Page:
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 Complex and conflicting issues surrounding dogs in India 

  • The relationship between dogs and their place in society opens up vexing dilemmas in India. 

  • On one hand there is the problem of street dogs

  • Citizens all over the country may complain about their residential colonies being under attack by roving canines.

  • But this has not yet spurred any significant political response to enforce existing municipal laws to contain their numbers. 

  • On the other hand, it seems that even pet dogs too have managed to raise an entirely different class of concerns meriting the attention of a

central government ministry and two High Courts. 

  • Among the questions being deliberated upon is whether certain breeds of dogs are inherently more “ferocious” than others. 

  • An expert committee constituted by the Department of Animal Welfare and Husbandry, Ministry of Agriculture, has recommended that certain breeds of “ferocious dogs” be prohibited from being kept as pets. 

  • Such a committee was constituted after citizen groups complained of attacks on people — sometimes fatal — by these dogs, which prompted a petition in the Delhi High Court requesting it to ban certain breeds.

Problem of street dogs and pet dogs

  • Street dogs and pet dogs can present a complex set of problems in some communities. 

Street Dogs

  • Public Health: Unvaccinated street dogs can carry diseases like rabies, posing a threat to humans and other animals

  • Rabies is a major concern, especially in areas with large stray dog populations.

  • Animal Welfare: Street dogs often face harsh conditions, struggling to find food and water.

  • They are susceptible to malnutrition, injuries, and disease.

  • Safety Concerns: Dog bites can occur, particularly during fights among strays, posing a risk to people in the vicinity.

  • Conflict with Humans: Scrambling for food, street dogs might raid garbage or approach people, leading to tension.

Pet Dogs

  • Irresponsible Ownership: When pet owners abandon their dogs or allow them to roam freely, it contributes to the stray dog population.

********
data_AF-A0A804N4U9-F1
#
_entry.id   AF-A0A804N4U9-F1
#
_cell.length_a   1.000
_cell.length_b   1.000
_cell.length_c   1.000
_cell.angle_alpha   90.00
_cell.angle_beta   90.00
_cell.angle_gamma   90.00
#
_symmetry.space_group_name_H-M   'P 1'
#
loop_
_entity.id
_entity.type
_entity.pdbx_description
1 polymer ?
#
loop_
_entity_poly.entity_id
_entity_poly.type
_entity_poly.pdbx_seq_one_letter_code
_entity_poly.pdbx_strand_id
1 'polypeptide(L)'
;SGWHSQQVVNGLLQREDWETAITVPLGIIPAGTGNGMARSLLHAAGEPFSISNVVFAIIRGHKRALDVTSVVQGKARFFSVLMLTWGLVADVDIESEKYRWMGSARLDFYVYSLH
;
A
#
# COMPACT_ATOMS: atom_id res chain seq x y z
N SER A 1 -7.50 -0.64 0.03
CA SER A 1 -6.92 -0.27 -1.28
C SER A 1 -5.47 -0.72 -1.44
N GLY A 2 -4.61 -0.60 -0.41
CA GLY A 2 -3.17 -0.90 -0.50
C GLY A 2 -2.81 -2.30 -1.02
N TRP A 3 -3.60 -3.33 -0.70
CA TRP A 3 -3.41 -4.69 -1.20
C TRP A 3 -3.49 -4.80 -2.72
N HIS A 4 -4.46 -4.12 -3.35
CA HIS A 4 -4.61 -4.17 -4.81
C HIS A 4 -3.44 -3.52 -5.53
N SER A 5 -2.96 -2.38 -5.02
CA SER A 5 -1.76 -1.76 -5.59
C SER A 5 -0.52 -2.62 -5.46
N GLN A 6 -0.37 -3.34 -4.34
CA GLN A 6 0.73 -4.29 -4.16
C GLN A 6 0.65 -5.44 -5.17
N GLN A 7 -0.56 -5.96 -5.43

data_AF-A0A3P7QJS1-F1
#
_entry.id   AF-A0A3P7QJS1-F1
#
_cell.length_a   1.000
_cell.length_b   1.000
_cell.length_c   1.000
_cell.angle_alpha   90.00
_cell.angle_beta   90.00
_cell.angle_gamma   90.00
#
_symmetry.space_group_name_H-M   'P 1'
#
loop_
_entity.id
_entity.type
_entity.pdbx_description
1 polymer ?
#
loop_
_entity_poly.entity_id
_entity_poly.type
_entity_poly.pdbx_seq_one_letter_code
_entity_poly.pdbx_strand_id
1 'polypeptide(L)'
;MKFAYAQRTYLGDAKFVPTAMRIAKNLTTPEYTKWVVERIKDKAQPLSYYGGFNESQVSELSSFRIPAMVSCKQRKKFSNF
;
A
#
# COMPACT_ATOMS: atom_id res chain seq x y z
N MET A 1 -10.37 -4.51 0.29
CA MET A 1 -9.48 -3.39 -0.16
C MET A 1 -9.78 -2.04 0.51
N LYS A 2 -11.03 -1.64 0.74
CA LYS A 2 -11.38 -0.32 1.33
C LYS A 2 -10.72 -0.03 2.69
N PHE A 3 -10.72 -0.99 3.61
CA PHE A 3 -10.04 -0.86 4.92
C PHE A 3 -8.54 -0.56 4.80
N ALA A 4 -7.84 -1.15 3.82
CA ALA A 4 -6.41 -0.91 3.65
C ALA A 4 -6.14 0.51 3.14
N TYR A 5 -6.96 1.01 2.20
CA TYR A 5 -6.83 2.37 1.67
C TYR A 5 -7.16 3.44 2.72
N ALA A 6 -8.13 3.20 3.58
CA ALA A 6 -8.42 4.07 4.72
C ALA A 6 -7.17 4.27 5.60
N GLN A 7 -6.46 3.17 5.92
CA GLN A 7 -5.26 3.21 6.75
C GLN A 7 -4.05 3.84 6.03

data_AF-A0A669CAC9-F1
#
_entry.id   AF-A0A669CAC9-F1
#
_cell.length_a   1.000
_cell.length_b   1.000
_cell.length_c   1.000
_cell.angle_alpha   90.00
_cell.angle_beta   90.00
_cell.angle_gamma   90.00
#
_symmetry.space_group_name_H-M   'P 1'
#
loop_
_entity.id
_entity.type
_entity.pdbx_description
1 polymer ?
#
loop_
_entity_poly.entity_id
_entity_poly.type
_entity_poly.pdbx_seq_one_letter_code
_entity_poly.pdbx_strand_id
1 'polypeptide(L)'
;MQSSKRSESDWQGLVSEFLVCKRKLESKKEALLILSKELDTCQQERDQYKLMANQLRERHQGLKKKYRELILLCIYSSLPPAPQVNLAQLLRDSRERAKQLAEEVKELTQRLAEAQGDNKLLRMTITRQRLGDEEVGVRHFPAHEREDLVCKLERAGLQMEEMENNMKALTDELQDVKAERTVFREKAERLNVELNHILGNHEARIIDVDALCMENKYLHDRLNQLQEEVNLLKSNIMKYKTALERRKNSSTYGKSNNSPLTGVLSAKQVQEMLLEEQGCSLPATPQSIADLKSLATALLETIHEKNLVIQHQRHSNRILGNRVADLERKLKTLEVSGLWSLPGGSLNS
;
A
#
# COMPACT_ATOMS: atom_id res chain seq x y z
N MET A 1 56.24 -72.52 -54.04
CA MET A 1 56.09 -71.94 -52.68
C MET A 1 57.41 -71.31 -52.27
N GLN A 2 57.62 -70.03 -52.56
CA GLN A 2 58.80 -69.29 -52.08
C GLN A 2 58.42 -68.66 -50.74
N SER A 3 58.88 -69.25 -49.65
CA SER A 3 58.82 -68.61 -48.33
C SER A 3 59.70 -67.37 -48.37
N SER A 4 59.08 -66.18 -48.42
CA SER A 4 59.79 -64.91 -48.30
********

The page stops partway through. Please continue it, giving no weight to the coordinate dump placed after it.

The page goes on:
• Public Nuisance: Unruly pets can bark excessively, damage property, or become aggressive, creating problems for neighbours.

  • Lack of Sanitation: Pet owners who don't clean up after their dogs contribute to an unsanitary environment.

Proposed breed ban - Arguments against breed ban

  • These include mixed and crossbreeds such as Pit Bull Terrier, American Staffordshire Terrier, Fila Brasileiro, Dogo Argentino, American Bulldog, Boerboel, Kangal, Central Asian Shepherd Dog, among others. 

  • These rules are expected to be implemented by local authorities

  • Dogs that have already been kept as pets must be sterilised to ensure that further breeding does not happen. 

  • The Karnataka High Court recently stayed the government order after some petitioners objected that the government department move was unilateral.

  • This did not encompass a wide enough spectrum of expert bodies. 

  • The Kennel Club of India, a body that deals with registering purebreeds, could stand to be at a disadvantage by this decision. 

  • Years of observation and insight into the temperament of dogs have shown that ferocity and aggressiveness are a result of both environmental and behavioural factors

  • Thus, the age, sex, size, familiarity with other dogs, the way it is trained, and the circumstances that provoke aggression all contribute to ferocity

  • That said, several countries have banned certain breeds or have imposed stringent conditions to own or maintain certain dog breeds. 

  • None of these countries anyway permits street dogs in the way India does and so the regulations are premised on higher standards of public safety than in India

  • Thus, the existence or absence of certain breeds of dogs is less likely to make a difference to public safety than making dog owners more liable for harm caused

  • While individual choice in choosing and raising pets matters, it is by no means an unbridled right.

Limits of pet ownership

  • In India, pet ownership has some legal limitations and social considerations:

Legal Limits:

  • No Blanket Bans: Resident Welfare Associations (RWAs) cannot completely ban pets in apartments/societies.

  • Societal Rules: Societies can have reasonable pet ownership regulations. 

  • These might include limitations on the number of pets per household, pet waste disposal guidelines, or leash requirements.

  • General Welfare: The law prioritizes animal well-being. 

  • Owners must provide proper care, and failure to do so can lead to legal action or pet removal.

Social Considerations:

  • Space Constraints: Many Indian dwellings are on the smaller side, which can limit the suitability for certain large dog breeds.

  • Cultural Attitudes: While pet ownership is increasingly popular, traditional views about animals might influence pet acceptance in some communities.



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Learnerz IAS | Concept oriented UPSC Classes in Malayalam: UPSC NOTE
Learnerz IAS | Concept oriented UPSC Classes in Malayalam
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